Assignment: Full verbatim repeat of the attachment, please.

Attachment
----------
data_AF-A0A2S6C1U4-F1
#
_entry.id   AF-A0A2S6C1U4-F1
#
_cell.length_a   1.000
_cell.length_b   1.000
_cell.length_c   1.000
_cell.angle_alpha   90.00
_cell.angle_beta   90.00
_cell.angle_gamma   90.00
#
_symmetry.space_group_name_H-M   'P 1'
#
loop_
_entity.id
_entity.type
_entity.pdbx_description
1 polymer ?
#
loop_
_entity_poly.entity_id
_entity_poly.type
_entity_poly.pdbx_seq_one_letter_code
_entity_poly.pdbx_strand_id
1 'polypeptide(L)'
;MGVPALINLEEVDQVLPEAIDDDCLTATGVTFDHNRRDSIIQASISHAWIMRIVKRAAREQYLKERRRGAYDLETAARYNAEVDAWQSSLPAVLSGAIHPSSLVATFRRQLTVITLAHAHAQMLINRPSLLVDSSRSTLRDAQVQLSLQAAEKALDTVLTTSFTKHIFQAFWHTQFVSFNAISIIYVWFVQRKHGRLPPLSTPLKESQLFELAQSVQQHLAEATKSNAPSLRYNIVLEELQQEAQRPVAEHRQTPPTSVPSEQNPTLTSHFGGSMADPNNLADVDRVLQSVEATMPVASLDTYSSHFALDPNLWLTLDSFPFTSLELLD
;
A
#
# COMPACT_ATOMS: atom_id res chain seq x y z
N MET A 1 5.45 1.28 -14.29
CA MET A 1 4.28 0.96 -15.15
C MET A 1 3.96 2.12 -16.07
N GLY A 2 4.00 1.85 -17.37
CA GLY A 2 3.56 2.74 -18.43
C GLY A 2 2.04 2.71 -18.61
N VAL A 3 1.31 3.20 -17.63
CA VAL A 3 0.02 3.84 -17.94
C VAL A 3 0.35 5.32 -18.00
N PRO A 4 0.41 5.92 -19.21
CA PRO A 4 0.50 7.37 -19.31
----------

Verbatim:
data_AF-A0A2S6C1U4-F1
#
_entry.id   AF-A0A2S6C1U4-F1
#
_cell.length_a   1.000
_cell.length_b   1.000
_cell.length_c   1.000
_cell.angle_alpha   90.00
_cell.angle_beta   90.00
_cell.angle_gamma   90.00
#
_symmetry.space_group_name_H-M   'P 1'
#
loop_
_entity.id
_entity.type
_entity.pdbx_description
1 polymer ?
#
loop_
_entity_poly.entity_id
_entity_poly.type
_entity_poly.pdbx_seq_one_letter_code
_entity_poly.pdbx_strand_id
1 'polypeptide(L)'
;MGVPALINLEEVDQVLPEAIDDDCLTATGVTFDHNRRDSIIQASISHAWIMRIVKRAAREQYLKERRRGAYDLETAARYNAEVDAWQSSLPAVLSGAIHPSSLVATFRRQLTVITLAHAHAQMLINRPSLLVDSSRSTLRDAQVQLSLQAAEKALDTVLTTSFTKHIFQAFWHTQFVSFNAISIIYVWFVQRKHGRLPPLSTPLKESQLFELAQSVQQHLAEATKSNAPSLRYNIVLEELQQEAQRPVAEHRQTPPTSVPSEQNPTLTSHFGGSMADPNNLADVDRVLQSVEATMPVASLDTYSSHFALDPNLWLTLDSFPFTSLELLD
;
A
#
# COMPACT_ATOMS: atom_id res chain seq x y z
N MET A 1 5.45 1.28 -14.29
CA MET A 1 4.28 0.96 -15.15
C MET A 1 3.96 2.12 -16.07
N GLY A 2 4.00 1.85 -17.37
CA GLY A 2 3.56 2.74 -18.43
C GLY A 2 2.04 2.71 -18.61
N VAL A 3 1.31 3.20 -17.63
CA VAL A 3 0.02 3.84 -17.94
C VAL A 3 0.35 5.32 -18.00
N PRO A 4 0.41 5.92 -19.21
CA PRO A 4 0.50 7.37 -19.31